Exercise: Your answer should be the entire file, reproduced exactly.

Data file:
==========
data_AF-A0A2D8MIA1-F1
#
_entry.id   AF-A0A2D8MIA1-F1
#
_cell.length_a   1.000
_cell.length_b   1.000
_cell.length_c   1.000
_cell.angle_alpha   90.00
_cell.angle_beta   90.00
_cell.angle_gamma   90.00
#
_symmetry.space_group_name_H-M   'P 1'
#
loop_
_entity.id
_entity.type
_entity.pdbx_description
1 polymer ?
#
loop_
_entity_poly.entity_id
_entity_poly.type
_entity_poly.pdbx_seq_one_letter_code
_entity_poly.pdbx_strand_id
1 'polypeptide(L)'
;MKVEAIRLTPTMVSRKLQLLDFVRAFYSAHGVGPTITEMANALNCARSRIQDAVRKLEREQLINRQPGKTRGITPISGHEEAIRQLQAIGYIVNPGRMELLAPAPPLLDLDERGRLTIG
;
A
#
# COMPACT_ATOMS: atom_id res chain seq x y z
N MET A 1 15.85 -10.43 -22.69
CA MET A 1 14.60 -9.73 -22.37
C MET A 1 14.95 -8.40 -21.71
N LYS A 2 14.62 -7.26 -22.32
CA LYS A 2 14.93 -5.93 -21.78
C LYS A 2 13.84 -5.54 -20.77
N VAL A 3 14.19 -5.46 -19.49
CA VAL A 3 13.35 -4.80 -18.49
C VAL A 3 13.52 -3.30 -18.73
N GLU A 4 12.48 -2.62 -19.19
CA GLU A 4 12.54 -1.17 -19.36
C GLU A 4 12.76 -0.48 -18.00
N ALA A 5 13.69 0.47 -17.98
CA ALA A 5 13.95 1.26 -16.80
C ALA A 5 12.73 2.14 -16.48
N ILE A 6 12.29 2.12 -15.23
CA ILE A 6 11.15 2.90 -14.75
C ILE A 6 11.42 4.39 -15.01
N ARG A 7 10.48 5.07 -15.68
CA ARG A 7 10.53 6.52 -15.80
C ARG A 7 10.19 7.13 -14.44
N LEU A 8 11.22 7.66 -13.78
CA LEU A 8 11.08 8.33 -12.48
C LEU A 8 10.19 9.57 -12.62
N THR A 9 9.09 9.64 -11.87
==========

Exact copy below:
data_AF-A0A2D8MIA1-F1
#
_entry.id   AF-A0A2D8MIA1-F1
#
_cell.length_a   1.000
_cell.length_b   1.000
_cell.length_c   1.000
_cell.angle_alpha   90.00
_cell.angle_beta   90.00
_cell.angle_gamma   90.00
#
_symmetry.space_group_name_H-M   'P 1'
#
loop_
_entity.id
_entity.type
_entity.pdbx_description
1 polymer ?
#
loop_
_entity_poly.entity_id
_entity_poly.type
_entity_poly.pdbx_seq_one_letter_code
_entity_poly.pdbx_strand_id
1 'polypeptide(L)'
;MKVEAIRLTPTMVSRKLQLLDFVRAFYSAHGVGPTITEMANALNCARSRIQDAVRKLEREQLINRQPGKTRGITPISGHEEAIRQLQAIGYIVNPGRMELLAPAPPLLDLDERGRLTIG
;
A
#
# COMPACT_ATOMS: atom_id res chain seq x y z
N MET A 1 15.85 -10.43 -22.69
CA MET A 1 14.60 -9.73 -22.37
C MET A 1 14.95 -8.40 -21.71
N LYS A 2 14.62 -7.26 -22.32
CA LYS A 2 14.93 -5.93 -21.78
C LYS A 2 13.84 -5.54 -20.77
N VAL A 3 14.19 -5.46 -19.49
CA VAL A 3 13.35 -4.80 -18.49
C VAL A 3 13.52 -3.30 -18.73
N GLU A 4 12.48 -2.62 -19.19
CA GLU A 4 12.54 -1.17 -19.36
C GLU A 4 12.76 -0.48 -18.00
N ALA A 5 13.69 0.47 -17.98
CA ALA A 5 13.95 1.26 -16.80
C ALA A 5 12.73 2.14 -16.48
N ILE A 6 12.29 2.12 -15.23
CA ILE A 6 11.15 2.90 -14.75
C ILE A 6 11.42 4.39 -15.01
N ARG A 7 10.48 5.07 -15.68
CA ARG A 7 10.53 6.52 -15.80
C ARG A 7 10.19 7.13 -14.44
N LEU A 8 11.22 7.66 -13.78
CA LEU A 8 11.08 8.33 -12.48
C LEU A 8 10.19 9.57 -12.62
N THR A 9 9.09 9.64 -11.87